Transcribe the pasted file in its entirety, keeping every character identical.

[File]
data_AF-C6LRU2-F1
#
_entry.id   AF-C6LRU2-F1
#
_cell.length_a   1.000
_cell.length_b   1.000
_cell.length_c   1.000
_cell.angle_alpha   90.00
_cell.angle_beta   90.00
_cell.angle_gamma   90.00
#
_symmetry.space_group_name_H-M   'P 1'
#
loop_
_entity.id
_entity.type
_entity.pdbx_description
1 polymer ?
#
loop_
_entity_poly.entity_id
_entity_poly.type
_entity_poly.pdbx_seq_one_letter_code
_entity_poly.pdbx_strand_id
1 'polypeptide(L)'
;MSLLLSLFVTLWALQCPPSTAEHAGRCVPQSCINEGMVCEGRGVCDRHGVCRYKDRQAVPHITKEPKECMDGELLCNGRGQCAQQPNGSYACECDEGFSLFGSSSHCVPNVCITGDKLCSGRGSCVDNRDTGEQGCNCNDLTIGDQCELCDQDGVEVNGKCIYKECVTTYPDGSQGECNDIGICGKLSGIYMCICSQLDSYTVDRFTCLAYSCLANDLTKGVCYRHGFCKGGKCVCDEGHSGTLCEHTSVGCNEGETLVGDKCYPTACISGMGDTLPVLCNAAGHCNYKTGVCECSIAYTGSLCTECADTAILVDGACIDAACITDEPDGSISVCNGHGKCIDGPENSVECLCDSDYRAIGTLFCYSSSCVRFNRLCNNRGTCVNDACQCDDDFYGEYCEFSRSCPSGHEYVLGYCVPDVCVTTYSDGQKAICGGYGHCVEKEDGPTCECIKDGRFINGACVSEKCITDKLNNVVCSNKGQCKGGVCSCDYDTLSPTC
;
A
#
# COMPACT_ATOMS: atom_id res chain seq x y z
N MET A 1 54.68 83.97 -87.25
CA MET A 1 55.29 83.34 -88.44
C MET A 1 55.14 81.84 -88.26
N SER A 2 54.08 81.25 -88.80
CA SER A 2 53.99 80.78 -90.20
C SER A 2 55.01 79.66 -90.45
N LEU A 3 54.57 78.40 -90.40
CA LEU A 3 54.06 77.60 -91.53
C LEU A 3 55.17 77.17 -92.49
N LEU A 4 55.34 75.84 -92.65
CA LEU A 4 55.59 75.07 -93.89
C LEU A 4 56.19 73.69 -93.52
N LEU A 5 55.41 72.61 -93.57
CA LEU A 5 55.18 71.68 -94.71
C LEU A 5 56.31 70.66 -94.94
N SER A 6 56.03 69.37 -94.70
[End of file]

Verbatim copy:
data_AF-C6LRU2-F1
#
_entry.id   AF-C6LRU2-F1
#
_cell.length_a   1.000
_cell.length_b   1.000
_cell.length_c   1.000
_cell.angle_alpha   90.00
_cell.angle_beta   90.00
_cell.angle_gamma   90.00
#
_symmetry.space_group_name_H-M   'P 1'
#
loop_
_entity.id
_entity.type
_entity.pdbx_description
1 polymer ?
#
loop_
_entity_poly.entity_id
_entity_poly.type
_entity_poly.pdbx_seq_one_letter_code
_entity_poly.pdbx_strand_id
1 'polypeptide(L)'
;MSLLLSLFVTLWALQCPPSTAEHAGRCVPQSCINEGMVCEGRGVCDRHGVCRYKDRQAVPHITKEPKECMDGELLCNGRGQCAQQPNGSYACECDEGFSLFGSSSHCVPNVCITGDKLCSGRGSCVDNRDTGEQGCNCNDLTIGDQCELCDQDGVEVNGKCIYKECVTTYPDGSQGECNDIGICGKLSGIYMCICSQLDSYTVDRFTCLAYSCLANDLTKGVCYRHGFCKGGKCVCDEGHSGTLCEHTSVGCNEGETLVGDKCYPTACISGMGDTLPVLCNAAGHCNYKTGVCECSIAYTGSLCTECADTAILVDGACIDAACITDEPDGSISVCNGHGKCIDGPENSVECLCDSDYRAIGTLFCYSSSCVRFNRLCNNRGTCVNDACQCDDDFYGEYCEFSRSCPSGHEYVLGYCVPDVCVTTYSDGQKAICGGYGHCVEKEDGPTCECIKDGRFINGACVSEKCITDKLNNVVCSNKGQCKGGVCSCDYDTLSPTC
;
A
#
# COMPACT_ATOMS: atom_id res chain seq x y z
N MET A 1 54.68 83.97 -87.25
CA MET A 1 55.29 83.34 -88.44
C MET A 1 55.14 81.84 -88.26
N SER A 2 54.08 81.25 -88.80
CA SER A 2 53.99 80.78 -90.20
C SER A 2 55.01 79.66 -90.45
N LEU A 3 54.57 78.40 -90.40
CA LEU A 3 54.06 77.60 -91.53
C LEU A 3 55.17 77.17 -92.49
N LEU A 4 55.34 75.84 -92.65
CA LEU A 4 55.59 75.07 -93.89
C LEU A 4 56.19 73.69 -93.52
N LEU A 5 55.41 72.61 -93.57
CA LEU A 5 55.18 71.68 -94.71
C LEU A 5 56.31 70.66 -94.94
N SER A 6 56.03 69.37 -94.70